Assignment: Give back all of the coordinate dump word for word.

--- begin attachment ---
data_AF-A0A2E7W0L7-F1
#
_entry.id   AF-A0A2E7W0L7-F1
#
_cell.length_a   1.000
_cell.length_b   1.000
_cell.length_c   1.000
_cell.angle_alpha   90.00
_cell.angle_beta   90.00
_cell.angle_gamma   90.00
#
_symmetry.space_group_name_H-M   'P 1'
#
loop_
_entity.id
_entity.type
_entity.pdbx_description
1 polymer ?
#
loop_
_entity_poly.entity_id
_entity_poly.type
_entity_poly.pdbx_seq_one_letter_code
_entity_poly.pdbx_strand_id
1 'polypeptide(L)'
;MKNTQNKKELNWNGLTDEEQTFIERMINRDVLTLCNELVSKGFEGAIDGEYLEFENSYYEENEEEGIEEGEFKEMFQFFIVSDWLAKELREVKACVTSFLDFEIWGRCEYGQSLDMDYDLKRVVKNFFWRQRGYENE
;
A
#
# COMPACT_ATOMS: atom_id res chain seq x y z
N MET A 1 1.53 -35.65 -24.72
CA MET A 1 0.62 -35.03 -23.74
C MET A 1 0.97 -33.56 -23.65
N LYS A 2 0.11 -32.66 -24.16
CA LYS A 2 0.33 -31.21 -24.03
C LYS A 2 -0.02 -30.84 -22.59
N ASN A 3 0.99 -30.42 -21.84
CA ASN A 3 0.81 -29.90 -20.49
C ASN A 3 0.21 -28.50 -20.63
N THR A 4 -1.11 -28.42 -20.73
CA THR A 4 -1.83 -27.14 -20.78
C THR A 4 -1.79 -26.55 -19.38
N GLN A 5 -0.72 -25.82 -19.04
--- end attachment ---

data_AF-A0A2E7W0L7-F1
#
_entry.id   AF-A0A2E7W0L7-F1
#
_cell.length_a   1.000
_cell.length_b   1.000
_cell.length_c   1.000
_cell.angle_alpha   90.00
_cell.angle_beta   90.00
_cell.angle_gamma   90.00
#
_symmetry.space_group_name_H-M   'P 1'
#
loop_
_entity.id
_entity.type
_entity.pdbx_description
1 polymer ?
#
loop_
_entity_poly.entity_id
_entity_poly.type
_entity_poly.pdbx_seq_one_letter_code
_entity_poly.pdbx_strand_id
1 'polypeptide(L)'
;MKNTQNKKELNWNGLTDEEQTFIERMINRDVLTLCNELVSKGFEGAIDGEYLEFENSYYEENEEEGIEEGEFKEMFQFFIVSDWLAKELREVKACVTSFLDFEIWGRCEYGQSLDMDYDLKRVVKNFFWRQRGYENE
;
A
#
# COMPACT_ATOMS: atom_id res chain seq x y z
N MET A 1 1.53 -35.65 -24.72
CA MET A 1 0.62 -35.03 -23.74
C MET A 1 0.97 -33.56 -23.65
N LYS A 2 0.11 -32.66 -24.16
CA LYS A 2 0.33 -31.21 -24.03
C LYS A 2 -0.02 -30.84 -22.59
N ASN A 3 0.99 -30.42 -21.84
CA ASN A 3 0.81 -29.90 -20.49
C ASN A 3 0.21 -28.50 -20.63
N THR A 4 -1.11 -28.42 -20.73
CA THR A 4 -1.83 -27.14 -20.78
C THR A 4 -1.79 -26.55 -19.38
N GLN A 5 -0.72 -25.82 -19.04